Meet Alexsi Giardino, future nurse practitioner
Oct 5, 2020
Photo above: Alexsi Giardino
Alexsi Giardino always knew that she wanted to pursue a career in healthcare. While completing her degree in the Honours Life Science program at McMaster University, she volunteered at St. Joseph’s Healthcare in Hamilton and witnessed at first-hand the meaningful impact that nurses have on their patients.
“I learned that while many health care providers have the ability to make essential contributions to patient care, there is a special bond that is at the heart of the nurse-patient relationship that is unlike any other,” says Giardino. This personal experience inspired Giardino to become a nurse.
Gardino completed her nursing degree at the University of Toronto in 2016 and started her nursing career on a surgical unit at St. Joseph’s Healthcare Hamilton. She later took a position in the intensive care unit where she has been working as a critical care nurse since.
In 2018, Giardino returned to McMaster University to enter the Primary Health Care Nurse Practitioner (PHCNP) Program. This is a master’s level program that is designed to provide registered nurses with the skills and competencies required to provide care to patients within a broader scope of practice in the primary health care setting. Nurse practitioners have the ability to assess and diagnose patients, provide counseling and education on lifestyle and disease management, order medications and evaluate patient outcomes through follow-up and consultation.
Giardino continues to work part-time as a registered nurse while pursuing her education on a full-time basis. It’s a demanding schedule that requires careful balancing but she is motivated by several nursing mentors who have encouraged her career development and have been a constant source of guidance throughout the program.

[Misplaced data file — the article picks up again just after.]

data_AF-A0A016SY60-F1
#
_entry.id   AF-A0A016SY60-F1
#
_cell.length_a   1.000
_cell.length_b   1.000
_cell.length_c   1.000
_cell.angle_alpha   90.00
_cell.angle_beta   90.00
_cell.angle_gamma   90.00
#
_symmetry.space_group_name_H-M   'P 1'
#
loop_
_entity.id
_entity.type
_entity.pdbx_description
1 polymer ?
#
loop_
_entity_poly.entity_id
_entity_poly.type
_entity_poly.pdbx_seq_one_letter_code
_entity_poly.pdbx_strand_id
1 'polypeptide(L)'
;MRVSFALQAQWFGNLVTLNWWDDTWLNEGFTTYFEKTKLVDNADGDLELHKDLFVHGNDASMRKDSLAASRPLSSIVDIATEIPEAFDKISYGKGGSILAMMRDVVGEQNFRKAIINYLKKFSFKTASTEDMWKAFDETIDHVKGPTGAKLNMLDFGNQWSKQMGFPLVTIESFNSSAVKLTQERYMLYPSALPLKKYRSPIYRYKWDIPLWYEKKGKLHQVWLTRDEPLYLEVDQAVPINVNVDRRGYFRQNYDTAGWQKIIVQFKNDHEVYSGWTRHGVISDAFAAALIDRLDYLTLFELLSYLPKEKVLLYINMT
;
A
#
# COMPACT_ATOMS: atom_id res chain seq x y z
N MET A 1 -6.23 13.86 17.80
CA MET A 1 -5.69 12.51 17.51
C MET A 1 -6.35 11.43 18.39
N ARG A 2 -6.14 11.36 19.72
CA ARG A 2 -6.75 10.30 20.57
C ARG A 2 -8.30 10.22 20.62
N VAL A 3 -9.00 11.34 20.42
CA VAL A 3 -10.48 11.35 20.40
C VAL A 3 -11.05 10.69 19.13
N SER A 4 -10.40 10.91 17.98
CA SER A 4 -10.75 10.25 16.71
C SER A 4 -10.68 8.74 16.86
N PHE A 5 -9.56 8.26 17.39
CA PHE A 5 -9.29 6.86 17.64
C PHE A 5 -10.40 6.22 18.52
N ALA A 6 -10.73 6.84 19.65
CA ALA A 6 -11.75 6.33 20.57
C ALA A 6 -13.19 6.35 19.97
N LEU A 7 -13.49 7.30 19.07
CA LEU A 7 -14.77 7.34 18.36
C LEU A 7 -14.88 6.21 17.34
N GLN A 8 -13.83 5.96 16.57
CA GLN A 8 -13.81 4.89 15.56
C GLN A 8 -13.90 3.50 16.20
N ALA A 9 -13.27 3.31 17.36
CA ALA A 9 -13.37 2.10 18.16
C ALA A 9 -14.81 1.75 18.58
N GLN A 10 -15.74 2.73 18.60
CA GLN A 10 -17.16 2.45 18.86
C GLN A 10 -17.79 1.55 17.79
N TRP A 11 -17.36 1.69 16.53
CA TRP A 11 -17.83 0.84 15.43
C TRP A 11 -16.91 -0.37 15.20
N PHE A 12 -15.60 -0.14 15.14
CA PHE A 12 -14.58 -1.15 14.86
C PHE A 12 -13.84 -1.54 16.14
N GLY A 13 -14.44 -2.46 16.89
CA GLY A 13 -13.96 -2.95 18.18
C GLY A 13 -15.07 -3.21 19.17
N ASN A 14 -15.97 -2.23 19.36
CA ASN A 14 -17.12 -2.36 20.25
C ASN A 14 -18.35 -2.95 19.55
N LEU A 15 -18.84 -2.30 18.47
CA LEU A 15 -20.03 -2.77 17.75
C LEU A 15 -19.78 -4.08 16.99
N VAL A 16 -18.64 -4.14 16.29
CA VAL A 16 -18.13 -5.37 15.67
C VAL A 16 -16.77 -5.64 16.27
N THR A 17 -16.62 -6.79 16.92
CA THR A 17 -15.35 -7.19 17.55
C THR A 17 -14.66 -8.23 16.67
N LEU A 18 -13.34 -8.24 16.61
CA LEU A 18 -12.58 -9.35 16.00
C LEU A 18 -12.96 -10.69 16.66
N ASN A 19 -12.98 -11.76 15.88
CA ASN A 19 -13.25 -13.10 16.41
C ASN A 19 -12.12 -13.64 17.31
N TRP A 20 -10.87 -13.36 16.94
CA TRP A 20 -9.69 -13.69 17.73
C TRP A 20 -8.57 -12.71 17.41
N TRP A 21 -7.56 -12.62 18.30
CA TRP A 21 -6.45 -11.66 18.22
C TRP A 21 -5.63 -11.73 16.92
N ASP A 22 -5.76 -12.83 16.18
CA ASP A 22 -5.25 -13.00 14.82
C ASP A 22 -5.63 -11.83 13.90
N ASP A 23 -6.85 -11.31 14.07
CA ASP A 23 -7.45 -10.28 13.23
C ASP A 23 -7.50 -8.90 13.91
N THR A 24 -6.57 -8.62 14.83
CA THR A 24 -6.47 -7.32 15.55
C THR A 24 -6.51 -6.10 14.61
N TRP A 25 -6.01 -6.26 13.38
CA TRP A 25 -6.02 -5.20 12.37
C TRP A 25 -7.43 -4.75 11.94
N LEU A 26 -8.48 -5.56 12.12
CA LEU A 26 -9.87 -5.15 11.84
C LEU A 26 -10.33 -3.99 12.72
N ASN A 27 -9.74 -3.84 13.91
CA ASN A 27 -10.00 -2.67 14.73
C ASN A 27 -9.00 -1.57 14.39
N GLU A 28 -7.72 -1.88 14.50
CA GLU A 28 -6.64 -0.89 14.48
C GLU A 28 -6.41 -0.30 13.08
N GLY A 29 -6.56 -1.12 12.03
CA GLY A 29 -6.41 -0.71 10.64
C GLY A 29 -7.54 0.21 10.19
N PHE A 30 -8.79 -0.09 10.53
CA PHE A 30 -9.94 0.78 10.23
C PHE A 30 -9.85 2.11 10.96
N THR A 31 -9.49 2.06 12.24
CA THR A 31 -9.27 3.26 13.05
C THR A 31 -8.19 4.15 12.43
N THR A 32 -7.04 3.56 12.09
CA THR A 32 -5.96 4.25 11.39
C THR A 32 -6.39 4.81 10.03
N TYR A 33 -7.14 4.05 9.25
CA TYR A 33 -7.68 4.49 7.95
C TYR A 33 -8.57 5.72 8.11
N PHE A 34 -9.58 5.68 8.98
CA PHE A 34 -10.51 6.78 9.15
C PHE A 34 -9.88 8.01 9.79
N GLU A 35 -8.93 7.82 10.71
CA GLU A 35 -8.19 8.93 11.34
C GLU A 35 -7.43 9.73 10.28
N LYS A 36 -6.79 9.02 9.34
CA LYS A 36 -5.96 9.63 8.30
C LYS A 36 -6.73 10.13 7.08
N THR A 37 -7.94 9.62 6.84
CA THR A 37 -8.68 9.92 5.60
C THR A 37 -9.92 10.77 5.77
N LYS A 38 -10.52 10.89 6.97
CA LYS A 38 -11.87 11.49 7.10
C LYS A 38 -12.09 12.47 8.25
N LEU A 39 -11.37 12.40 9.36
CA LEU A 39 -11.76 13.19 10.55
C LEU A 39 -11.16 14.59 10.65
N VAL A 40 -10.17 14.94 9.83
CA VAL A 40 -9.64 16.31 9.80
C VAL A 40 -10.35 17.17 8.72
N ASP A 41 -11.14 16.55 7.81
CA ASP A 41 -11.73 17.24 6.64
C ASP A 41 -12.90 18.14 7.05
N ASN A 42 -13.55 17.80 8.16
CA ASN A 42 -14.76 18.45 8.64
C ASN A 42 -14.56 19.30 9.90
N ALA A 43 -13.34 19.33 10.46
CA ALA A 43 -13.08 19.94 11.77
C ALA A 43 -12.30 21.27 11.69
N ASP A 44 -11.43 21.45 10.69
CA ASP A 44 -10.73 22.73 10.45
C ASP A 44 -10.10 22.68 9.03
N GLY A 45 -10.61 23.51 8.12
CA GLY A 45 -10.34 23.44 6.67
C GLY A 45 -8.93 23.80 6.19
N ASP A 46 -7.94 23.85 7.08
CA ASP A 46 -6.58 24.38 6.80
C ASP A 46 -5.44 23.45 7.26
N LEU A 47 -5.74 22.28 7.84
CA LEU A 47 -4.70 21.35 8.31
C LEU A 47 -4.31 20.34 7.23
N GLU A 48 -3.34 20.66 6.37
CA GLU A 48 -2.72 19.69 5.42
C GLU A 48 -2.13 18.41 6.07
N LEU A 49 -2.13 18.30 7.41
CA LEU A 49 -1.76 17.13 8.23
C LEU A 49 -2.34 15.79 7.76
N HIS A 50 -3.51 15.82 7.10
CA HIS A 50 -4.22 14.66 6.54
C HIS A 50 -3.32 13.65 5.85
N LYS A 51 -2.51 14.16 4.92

After graduating, Giardino plans to specialize in cardiology. “I find the heart is the most fascinating organ in the body,” she says. “It beats in a tightly regulated, coordinated fashion, continuously adapting its activity to the needs and state of the body and person as a whole. It can accelerate to power the speed of an athlete, slow during periods of rest and relaxation and over time can be weakened from disease.”
Giardino says that one of the main reasons that she is passionate about cardiology is that many chronic conditions that are encountered in the primary healthcare setting are directly related to cardiovascular health. “Whether it involves recommendations for disease prevention or a referral for complex treatment, cardiac nurse practitioners have an important contribution to patients across the continuum of their care,” she says.
Giardino chose the program at McMaster University for many reasons, including the community and the hospitals affiliated with the school. “I appreciate the self-directed, evidence-based learning format and wide variety of clinical opportunities the university offers ranging from community-based centres, family health teams and acute care settings. In addition, the nursing faculty members at McMaster offer a strong research expertise in areas of illness prevention, health equity and health system integration, which is integral for student development and practice. Overall, I would highly recommend the program for any new aspiring NP student.”
The Ontario Primary Health Care Nurse Practitioner (PHC NP) Programme is offered through a consortium of nine Ontario universities, including McMaster. The program was established in 1995. At McMaster, there are currently 20 students enrolled in this program.